Hi Everyone, a happy New Year to you all.
Breathe and smile, today was the monthly blood results day and they have gone back to the joint best ever of 0.11, always great to hear (for me anyway!) and means that I have another month. I was thinking about an analogy for how I feel in life, I guess it’s a bit like if I was a footballer whose team is 3-0 down and are in the 93rd minute .Yes the game is probably lost but I don’t know how many more minutes the ref will give us, I was only expecting 2 and have had 3 already, the ref could blow the whistle at any time but I will keep on trying my hardest because even losing 3-1 will be better than 3-0 as the buzz of getting that goal will make me feel good at the time and hopefully encourage the team to keep trying in the next match as they may win that one even if I am no longer in the team. Hope that makes sense?
Its been two months since I last wrote and was hoping to tell you tales of long training runs and completion of a 3 day 90 mile training race but sadly that is not the case. Going back to my September race in Iceland, you may recall that I smashed up my left leg a lot on the rough terrain and then ran a marathon a month later when I should have been resting. Well the leg is still not behaving. It is nearly there to be fair but the balance of rest and staying fit is a hard one to achieve when time is not on my side so I keep thinking its ok and then over doing it. The upshot was that for the third year in a row injuries have stopped me running “The Druids Challenge” 90 mile race, maybe its just not meant to be.
Today I launch my new challenge for 2018, I hope that after reading this you will see that I am yet again attempting to push myself harder than ever before and hope that you will support me as you have before in any way you feel able.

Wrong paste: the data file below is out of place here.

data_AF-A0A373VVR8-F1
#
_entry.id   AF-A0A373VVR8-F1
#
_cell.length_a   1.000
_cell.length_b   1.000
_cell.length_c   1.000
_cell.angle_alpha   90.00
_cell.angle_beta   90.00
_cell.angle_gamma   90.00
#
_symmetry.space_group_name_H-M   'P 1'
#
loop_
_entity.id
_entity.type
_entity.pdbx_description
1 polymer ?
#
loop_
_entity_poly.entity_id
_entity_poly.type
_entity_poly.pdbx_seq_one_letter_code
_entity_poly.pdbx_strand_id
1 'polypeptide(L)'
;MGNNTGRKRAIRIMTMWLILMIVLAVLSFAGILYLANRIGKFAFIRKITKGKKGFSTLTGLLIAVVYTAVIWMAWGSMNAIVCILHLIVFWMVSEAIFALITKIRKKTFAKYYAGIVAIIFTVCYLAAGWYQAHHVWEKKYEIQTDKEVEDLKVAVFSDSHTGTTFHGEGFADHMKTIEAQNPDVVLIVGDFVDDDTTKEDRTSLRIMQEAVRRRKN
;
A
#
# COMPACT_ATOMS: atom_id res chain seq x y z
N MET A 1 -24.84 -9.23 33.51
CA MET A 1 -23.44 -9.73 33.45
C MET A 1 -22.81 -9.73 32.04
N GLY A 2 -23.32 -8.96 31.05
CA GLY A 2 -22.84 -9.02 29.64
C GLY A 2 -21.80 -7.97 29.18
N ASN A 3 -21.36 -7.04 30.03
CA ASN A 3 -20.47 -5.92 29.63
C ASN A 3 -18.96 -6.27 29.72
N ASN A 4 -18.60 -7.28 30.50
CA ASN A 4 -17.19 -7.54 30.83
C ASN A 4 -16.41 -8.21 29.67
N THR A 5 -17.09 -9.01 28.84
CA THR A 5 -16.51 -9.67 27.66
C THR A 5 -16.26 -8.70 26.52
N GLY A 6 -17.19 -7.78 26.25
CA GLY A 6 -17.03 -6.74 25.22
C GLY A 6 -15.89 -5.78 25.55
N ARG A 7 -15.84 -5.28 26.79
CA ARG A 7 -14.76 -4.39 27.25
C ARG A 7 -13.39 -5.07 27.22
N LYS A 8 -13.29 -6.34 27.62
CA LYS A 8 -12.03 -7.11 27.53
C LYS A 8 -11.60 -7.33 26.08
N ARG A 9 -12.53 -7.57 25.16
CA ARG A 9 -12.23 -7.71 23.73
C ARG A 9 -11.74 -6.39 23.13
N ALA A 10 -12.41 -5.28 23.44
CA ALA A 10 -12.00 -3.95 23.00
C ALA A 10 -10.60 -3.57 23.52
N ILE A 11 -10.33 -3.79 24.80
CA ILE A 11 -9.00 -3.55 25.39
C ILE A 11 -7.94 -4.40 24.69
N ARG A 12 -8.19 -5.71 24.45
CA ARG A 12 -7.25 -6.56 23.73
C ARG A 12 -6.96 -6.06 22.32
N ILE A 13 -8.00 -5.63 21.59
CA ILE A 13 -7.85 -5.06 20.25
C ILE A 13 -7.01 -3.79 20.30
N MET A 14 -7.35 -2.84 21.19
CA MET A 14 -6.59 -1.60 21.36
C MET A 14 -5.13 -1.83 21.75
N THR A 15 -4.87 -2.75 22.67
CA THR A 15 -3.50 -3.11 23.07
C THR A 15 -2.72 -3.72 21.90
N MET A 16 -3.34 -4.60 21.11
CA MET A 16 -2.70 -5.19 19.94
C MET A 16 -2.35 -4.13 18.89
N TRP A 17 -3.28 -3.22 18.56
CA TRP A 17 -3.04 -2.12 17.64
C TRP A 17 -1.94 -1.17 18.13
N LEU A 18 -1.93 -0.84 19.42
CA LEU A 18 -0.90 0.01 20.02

It’s a couple of weeks shy of 3 years ago when I had that fateful meeting with the Doc who told me that I may only live for 2 years. Since that time I know of others in my situation that did not even make 6 months and others who have been around for a bit longer. All I can say is that a combination of the right attention and meds from my fab oncologists and I believe a regime of amended diet and exercise have kept me not only here but still able to contemplate these challenges. That said, I would be lying if I said that my situation has not given me additional issues physically and mentally along the way.
Apologies today for this will be a long update being the end of my 1,000 mile journey but I do hope that you enjoy the read?
So last time I was about to set off to Iceland for my final “big race”, Fire and Ice. It did not disappoint in being a tough one, not mentally or with heat like the MDS but tough in a gnarly and uncomfortable way. I guess at no time did it feel as hard as the desert race and I never felt like giving up but it was a race of contrasts as ever, massive highs visually and with camaraderie amongst the runners but nasty with the cold, wet plus awkward terrain.
Hi all, sorry its been so long (relief from you no doubt!) but I wanted to get today out of the way first.
When I left you last time I was about to embark on Al Andalus, 230k race in Spain. It was billed as being tough and my word was it. There is something about me and racing in Spain that does not bode well as my previous only ever DNF (Did not Finish) was there last year as a similar time.
The race was small but like many things that way, beautiful and perfectly formed. There was only 72 starters, nothing like the 1,200 that race in the Marathon Des Sables (MDS). For those of you who follow me in facebook, I did a “live” session each day, I hope that you saw just how beautiful, hot and hard it was. Unlike the MDS though we did not have to carry our kit as that was shipped to each finish every day, all we needed was water and food for the day.
Welcome to another long read!
Lets get the bad news out of the way first………………….………..I still have not won the lottery, that’s it, nothing else bad in this update so breathe easy (like I am ;-)!
A busy month was June, the big one in terms of miles was joining Jeff Stelling (and 500 others) for his 15 marathons in 15 days in the Prostate Cancer UK March for Men although only 3 of us were aiming to do all 15 including Jeff.